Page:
Do you have a day job?  What do you do?

In addition to serving on four leadership boards – art council, education and medical foundations, I preside over my own non-profit organization, the Soulful Giving Foundation. It takes a full year of planning and 160 volunteers to implement our annual music, food, and wine event, which results in selling 4,000 tickets and donating 100% of our proceeds to cancer research.

When I’m not coordinating this event, I enjoy gardening, traveling, spending time with my family, gourmet dining, oil painting, golf, interior design, writing, and experiencing fine wines.

Can you name three writing tips to pass on to aspiring authors?

1)     Know your characters. Before I begin writing, I use photographs of models and actors from tabloid magazines to visualize my characters and create a character book – complete with birthdates, history, traits, habits, conflicts, interests and personal goals. Once this is done, I have a better idea of how each person will react when faced with a problem or potential love interest, or while fighting with an adversary. Even though I have a general idea of where my story will lead, I allow my characters to set the tone and to assist with developing any unexpected twists in my final manuscript.

2)     Write the story you want to read. Consider attempting a ghost story, a science-fiction piece, a realistic tale about your childhood, or whatever. The writer writes well about what he or she knows by primarily reading fiction of this kind, developing a story that both the reader and writer enjoys, and sharing personal views and experiences that make your book unique.

3)     Leave the door open. There are so many creative ways to entice readers and keep them coming back. A few of them, in addition to writing well, includes adding interesting secondary characters to your story, making it a practice not to answer every question, leaving a hook at the end of every chapter, and providing the opportunity for readers to solve the mystery or visualize an ending after absorbing the last page. By doing so, writers find it much easier to continue the storyline or adventures in a series…because if you’ve done a great job, your readers will fall in love with your characters and never want their stories to end.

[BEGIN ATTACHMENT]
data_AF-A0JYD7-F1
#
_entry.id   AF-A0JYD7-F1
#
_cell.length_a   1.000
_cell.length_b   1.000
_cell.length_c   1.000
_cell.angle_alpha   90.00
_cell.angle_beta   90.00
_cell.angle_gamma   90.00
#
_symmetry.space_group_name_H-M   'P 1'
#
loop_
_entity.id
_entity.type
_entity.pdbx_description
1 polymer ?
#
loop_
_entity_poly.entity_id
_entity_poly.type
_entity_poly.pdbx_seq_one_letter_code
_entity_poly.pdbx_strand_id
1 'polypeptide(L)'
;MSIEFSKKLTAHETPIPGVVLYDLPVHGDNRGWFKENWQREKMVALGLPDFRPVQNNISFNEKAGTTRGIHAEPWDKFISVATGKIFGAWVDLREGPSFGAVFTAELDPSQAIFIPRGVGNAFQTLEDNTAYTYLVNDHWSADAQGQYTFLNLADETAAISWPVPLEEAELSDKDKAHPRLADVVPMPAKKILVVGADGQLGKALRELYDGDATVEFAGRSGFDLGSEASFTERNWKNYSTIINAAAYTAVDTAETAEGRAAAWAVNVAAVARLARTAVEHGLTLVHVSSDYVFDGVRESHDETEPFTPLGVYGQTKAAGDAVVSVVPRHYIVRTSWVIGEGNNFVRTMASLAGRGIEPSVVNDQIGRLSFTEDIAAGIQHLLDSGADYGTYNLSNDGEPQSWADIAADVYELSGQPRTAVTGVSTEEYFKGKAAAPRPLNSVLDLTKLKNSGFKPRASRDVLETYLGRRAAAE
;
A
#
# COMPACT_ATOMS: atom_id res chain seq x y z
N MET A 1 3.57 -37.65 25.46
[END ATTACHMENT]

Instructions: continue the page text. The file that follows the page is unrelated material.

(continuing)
What are you reading now?

I love all kinds of books, and here are some of my new favorites: Emily Bleeker – Wreckage, Paul Pen – The Light of the Fireflies, Neil Gaiman – The Ocean at the End of the Lane, Jefferey Archer – Kane & Abel, Jodi Picoult – The Pact, John Irving – Avenue of Mysteries. I’ve discovered the best way to write character-driven stories, mysteries, suspense, and action-packed thrillers is to read books in the same genres.

What are you currently working on?

I’m about two months away from completing Twisted Threads, the fourth book in my Threads series, which has been written to stand alone—like each of my books. In this story, I bring together the beloved villains from Buried Threads and Banished Threads and trap them on board a luxury cruise ship heading for Italy. Murder and mayhem abounds and the inner strength of characters are tested. Best of all, the true murderer is not revealed until the final chapter and, even then, readers will not be 100% sure. J